“Hey, Nick do you speak Chinese?”

“Of course!” I say defensively for no reason. “I’ll have you know that I was born in China and I went to one of the top primary schools in my city.”

“Okay chill dude. What does this thing say then?”

“Oh. Um, yeah it’s like that thing. Like that one famous Chinese thing, you know?” I stammer, trying to buy time.

“Uh, no.”

“操” (“fuck”)

Being in Vancouver often means I’m told, either directly or indirectly, that I don’t belong as a Canadian. To give myself some peace, it becomes easier to identify as “only” Chinese, which means my ability to speak Chinese has become quite a fragile point of pride.

However, after being in Vancouver for so long, I find myself struggling to tell my mother about my day in Chinese, bogged down by English jargon and unable to explain my studies to my grandmother and giving up on reading Chinese altogether. As time goes on, I grow more and more frustrated as I helplessly watch my Chinese slowly slip away.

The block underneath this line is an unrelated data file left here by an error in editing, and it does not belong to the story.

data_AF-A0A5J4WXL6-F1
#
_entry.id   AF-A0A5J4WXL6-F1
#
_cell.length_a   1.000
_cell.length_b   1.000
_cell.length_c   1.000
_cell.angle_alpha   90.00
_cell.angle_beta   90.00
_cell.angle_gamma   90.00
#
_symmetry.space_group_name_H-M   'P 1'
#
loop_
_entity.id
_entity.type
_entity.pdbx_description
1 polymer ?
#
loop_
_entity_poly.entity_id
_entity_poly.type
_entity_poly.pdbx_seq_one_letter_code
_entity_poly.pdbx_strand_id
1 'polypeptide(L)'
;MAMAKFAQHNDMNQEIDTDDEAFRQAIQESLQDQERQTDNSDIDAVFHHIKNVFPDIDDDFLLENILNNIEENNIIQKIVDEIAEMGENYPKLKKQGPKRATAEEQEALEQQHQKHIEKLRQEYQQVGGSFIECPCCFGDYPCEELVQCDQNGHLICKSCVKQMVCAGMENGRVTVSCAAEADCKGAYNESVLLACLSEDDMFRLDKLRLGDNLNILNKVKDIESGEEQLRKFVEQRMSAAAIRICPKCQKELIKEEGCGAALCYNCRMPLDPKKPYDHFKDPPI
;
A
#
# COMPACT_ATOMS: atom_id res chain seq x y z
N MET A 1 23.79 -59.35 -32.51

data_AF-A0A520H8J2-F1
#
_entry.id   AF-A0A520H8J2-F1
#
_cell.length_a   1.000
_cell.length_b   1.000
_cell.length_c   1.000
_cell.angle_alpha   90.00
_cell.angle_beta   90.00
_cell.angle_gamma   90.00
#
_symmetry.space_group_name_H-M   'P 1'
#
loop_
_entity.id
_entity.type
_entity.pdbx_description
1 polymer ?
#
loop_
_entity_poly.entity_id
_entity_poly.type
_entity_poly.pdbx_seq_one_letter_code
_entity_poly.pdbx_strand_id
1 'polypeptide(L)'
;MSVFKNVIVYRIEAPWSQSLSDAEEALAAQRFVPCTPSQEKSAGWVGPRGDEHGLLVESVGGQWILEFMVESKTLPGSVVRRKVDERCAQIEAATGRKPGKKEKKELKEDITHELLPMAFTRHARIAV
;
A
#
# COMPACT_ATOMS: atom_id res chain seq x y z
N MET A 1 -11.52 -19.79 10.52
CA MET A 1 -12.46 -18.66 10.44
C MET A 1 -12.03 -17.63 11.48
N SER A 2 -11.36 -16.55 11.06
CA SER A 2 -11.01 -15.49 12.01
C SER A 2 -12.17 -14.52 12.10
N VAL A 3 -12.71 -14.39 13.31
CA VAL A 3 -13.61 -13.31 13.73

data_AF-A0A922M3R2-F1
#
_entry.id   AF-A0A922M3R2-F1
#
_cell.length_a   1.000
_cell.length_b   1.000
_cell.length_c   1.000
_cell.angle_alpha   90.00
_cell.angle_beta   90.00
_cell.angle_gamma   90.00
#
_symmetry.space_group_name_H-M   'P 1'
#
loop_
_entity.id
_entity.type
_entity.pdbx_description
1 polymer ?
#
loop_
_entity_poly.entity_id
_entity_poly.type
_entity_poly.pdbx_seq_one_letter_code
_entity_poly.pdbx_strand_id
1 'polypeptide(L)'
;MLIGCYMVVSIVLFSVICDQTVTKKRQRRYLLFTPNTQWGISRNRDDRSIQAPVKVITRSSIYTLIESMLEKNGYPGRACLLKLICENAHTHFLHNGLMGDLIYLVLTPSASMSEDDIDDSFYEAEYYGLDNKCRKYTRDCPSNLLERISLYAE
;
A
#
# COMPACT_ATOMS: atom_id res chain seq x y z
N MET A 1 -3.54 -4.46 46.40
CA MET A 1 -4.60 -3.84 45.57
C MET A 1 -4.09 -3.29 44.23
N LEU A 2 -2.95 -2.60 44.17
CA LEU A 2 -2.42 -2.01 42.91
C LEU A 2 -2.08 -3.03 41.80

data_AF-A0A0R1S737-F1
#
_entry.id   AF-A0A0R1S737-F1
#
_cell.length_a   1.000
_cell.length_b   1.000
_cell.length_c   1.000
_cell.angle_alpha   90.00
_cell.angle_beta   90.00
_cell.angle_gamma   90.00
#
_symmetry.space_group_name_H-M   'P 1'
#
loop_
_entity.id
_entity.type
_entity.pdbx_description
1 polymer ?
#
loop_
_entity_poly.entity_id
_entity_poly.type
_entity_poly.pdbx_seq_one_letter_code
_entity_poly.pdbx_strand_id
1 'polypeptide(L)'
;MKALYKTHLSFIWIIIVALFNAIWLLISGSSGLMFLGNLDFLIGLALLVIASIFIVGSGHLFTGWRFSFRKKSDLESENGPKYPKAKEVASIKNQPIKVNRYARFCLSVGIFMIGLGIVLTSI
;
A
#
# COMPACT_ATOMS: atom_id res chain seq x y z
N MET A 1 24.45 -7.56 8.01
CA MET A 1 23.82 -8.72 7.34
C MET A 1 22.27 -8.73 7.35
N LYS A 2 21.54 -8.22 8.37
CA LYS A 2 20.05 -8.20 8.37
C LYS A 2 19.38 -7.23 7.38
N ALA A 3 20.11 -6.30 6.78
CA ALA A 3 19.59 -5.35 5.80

To me, speaking Chinese is my way of finding community, expressing myself to my family and exploring my culture unfiltered by Western lenses. Speaking Chinese meant that I was at least worthy of something, even if the city would never accept me.

Recently, I’ve become incredibly grateful to the emergence in popularity of Western media featuring Chinese people, local and online groups where Chinese diaspora can find community using English as a common language, and those around me who embrace Chinese people, cuisine and culture.

Although I’m becoming byelingual, I hope that one day I can feel Canadian despite being Chinese, and I can feel Chinese despite having to Google Translate phrases behind my family’s back.